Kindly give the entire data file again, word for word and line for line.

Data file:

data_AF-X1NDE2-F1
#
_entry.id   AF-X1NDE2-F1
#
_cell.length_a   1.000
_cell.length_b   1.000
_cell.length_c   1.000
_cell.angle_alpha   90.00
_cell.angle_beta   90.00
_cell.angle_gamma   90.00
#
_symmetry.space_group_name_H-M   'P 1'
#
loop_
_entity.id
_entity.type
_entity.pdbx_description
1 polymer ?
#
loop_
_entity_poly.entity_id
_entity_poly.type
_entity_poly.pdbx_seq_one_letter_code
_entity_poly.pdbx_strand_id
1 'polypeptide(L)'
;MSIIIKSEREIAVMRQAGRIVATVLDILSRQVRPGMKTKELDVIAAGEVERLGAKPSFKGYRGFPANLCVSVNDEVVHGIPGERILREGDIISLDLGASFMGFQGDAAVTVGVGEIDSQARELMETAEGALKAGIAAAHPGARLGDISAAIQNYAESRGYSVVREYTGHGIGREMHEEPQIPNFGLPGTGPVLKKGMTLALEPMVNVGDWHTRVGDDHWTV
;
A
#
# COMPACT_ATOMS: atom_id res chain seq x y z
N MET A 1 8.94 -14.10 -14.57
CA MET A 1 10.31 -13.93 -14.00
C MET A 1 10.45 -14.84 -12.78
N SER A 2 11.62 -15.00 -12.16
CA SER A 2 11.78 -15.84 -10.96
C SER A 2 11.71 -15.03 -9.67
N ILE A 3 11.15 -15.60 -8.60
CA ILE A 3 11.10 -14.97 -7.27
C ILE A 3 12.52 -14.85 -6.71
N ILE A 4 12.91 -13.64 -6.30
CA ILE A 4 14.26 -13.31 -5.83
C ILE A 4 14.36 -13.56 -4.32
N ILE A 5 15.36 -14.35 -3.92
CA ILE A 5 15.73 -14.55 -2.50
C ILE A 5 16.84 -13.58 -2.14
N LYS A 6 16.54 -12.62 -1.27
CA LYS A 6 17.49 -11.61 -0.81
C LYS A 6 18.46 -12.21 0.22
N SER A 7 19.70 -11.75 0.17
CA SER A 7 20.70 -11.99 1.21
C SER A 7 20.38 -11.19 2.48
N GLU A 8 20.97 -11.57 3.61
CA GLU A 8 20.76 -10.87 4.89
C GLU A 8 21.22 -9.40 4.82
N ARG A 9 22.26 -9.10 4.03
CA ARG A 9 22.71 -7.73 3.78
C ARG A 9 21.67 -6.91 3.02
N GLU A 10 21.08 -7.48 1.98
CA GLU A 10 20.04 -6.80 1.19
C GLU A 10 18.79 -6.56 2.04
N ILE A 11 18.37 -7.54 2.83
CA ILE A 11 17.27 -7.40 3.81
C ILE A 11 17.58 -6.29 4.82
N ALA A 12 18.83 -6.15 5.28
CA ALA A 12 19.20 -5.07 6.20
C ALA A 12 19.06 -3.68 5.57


data_AF-X1NDE2-F1
#
_entry.id   AF-X1NDE2-F1
#
_cell.length_a   1.000
_cell.length_b   1.000
_cell.length_c   1.000
_cell.angle_alpha   90.00
_cell.angle_beta   90.00
_cell.angle_gamma   90.00
#
_symmetry.space_group_name_H-M   'P 1'
#
loop_
_entity.id
_entity.type
_entity.pdbx_description
1 polymer ?
#
loop_
_entity_poly.entity_id
_entity_poly.type
_entity_poly.pdbx_seq_one_letter_code
_entity_poly.pdbx_strand_id
1 'polypeptide(L)'
;MSIIIKSEREIAVMRQAGRIVATVLDILSRQVRPGMKTKELDVIAAGEVERLGAKPSFKGYRGFPANLCVSVNDEVVHGIPGERILREGDIISLDLGASFMGFQGDAAVTVGVGEIDSQARELMETAEGALKAGIAAAHPGARLGDISAAIQNYAESRGYSVVREYTGHGIGREMHEEPQIPNFGLPGTGPVLKKGMTLALEPMVNVGDWHTRVGDDHWTV
;
A
#
# COMPACT_ATOMS: atom_id res chain seq x y z
N MET A 1 8.94 -14.10 -14.57
CA MET A 1 10.31 -13.93 -14.00
C MET A 1 10.45 -14.84 -12.78
N SER A 2 11.62 -15.00 -12.16
CA SER A 2 11.78 -15.84 -10.96
C SER A 2 11.71 -15.03 -9.67
N ILE A 3 11.15 -15.60 -8.60
CA ILE A 3 11.10 -14.97 -7.27
C ILE A 3 12.52 -14.85 -6.71
N ILE A 4 12.91 -13.64 -6.30
CA ILE A 4 14.26 -13.31 -5.83
C ILE A 4 14.36 -13.56 -4.32
N ILE A 5 15.36 -14.35 -3.92
CA ILE A 5 15.73 -14.55 -2.50
C ILE A 5 16.84 -13.58 -2.14
N LYS A 6 16.54 -12.62 -1.27
CA LYS A 6 17.49 -11.61 -0.81
C LYS A 6 18.46 -12.21 0.22
N SER A 7 19.70 -11.75 0.17
CA SER A 7 20.70 -11.99 1.21
C SER A 7 20.38 -11.19 2.48
N GLU A 8 20.97 -11.57 3.61
CA GLU A 8 20.76 -10.87 4.89
C GLU A 8 21.22 -9.40 4.82
N ARG A 9 22.26 -9.10 4.03
CA ARG A 9 22.71 -7.73 3.78
C ARG A 9 21.67 -6.91 3.02
N GLU A 10 21.08 -7.48 1.98
CA GLU A 10 20.04 -6.80 1.19
C GLU A 10 18.79 -6.56 2.04
N ILE A 11 18.37 -7.54 2.83
CA ILE A 11 17.27 -7.40 3.81
C ILE A 11 17.58 -6.29 4.82
N ALA A 12 18.83 -6.15 5.28
CA ALA A 12 19.20 -5.07 6.20
C ALA A 12 19.06 -3.68 5.57